Arkansas was the first state to win federal approval for using private plans to expand coverage to low-income adults as a conservative alternative to a straightforward Medicaid expansion, and it was followed by Iowa. The approach has faced less opposition from Republican state legislators who adamantly reject expanding the government-run Medicaid program under Obamacare.
But Iowa and Pennsylvania added more conservative wrinkles to this model. Both proposed requiring low-income adults—including people with incomes from 50% to 100% of the poverty level—to pay premiums. The federal poverty level for a single adult is $11,490, while the poverty level for a family of four is $23,550.
The CMS refused to allow Iowa to charge premiums for people below the poverty level but allowed a premium contribution of up to 2% of income—about $230 a year for a single adult just above the poverty line—for people earning 100% to 138% of poverty. Iowa's program waives premiums if enrollees participate in specified health improvement activities.
Now Pennsylvania has proposed premium sharing of up to 2% for people making as little as 50% of the poverty level ($5,745 a year), though premiums would be waived for pregnant women and disabled people. Paying premiums on time, completing annual health-risk assessments, and receiving regular physical exams could cut premiums up to 50%.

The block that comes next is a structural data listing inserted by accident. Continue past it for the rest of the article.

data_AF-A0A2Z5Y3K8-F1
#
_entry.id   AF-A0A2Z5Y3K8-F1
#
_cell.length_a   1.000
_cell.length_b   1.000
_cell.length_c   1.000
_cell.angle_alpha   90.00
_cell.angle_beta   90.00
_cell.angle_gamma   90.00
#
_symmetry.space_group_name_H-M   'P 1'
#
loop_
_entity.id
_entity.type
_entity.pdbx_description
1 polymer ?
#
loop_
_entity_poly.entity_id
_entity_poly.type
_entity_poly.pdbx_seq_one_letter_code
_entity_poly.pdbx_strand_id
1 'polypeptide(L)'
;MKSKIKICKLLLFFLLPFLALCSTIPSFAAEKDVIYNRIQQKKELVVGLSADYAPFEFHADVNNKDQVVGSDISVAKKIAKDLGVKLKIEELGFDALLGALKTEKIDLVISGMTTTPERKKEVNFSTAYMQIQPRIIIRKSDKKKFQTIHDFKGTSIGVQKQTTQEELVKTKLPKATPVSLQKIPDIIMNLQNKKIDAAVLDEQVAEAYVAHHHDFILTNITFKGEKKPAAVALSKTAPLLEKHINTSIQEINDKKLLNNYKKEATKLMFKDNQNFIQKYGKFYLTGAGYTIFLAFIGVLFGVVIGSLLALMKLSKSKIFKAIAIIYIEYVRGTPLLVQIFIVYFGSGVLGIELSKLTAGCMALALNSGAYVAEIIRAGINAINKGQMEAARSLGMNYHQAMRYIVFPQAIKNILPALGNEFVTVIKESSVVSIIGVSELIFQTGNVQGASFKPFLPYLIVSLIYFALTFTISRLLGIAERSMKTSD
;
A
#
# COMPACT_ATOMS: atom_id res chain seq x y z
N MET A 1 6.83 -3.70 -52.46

But on top of those requirements, Corbett's plan would take away coverage unless beneficiaries were participating in a job search or job training activities. And households that miss premium payments would be locked out of the program for months.
The Inquirer article reviewed what happened in Oregon a decade ago when that state required Medicaid beneficiaries to make premium contributions, increased copayments and imposed penalties for nonpayment. Enrolled plummeted 77% within 2 ½ years, and the state uninsured rate jumped from 11% to 17%.
“The premium was definitely the big factor,” Bill Wright, a researcher at Providence Health who studied the impact of the Oregon cost-sharing program told the Inquirer.
“It was widely considered an abject failure… that Pennsylvania would do well not to emulate,” Jonathan Oberlander, a professor of health policy at the University of North Carolina who also has studied the Oregon experience, told the Inquirer.
Advocates for the poor wonder how realistic it is to expect people who make so little money they can barely afford basic necessities to pay even $25 a month for a health insurance premium (Corbett's plan would charge $35 for larger households). Richard Weishaupt, a senior attorney at Community Legal Services of Philadelphia, told the Inquirer that poor people in this situation would face quandaries if, for instance, the car they rely on to get to work breaks down. “The choice is then to fix the car and keep working” or pay the premium and lose the job, he said.
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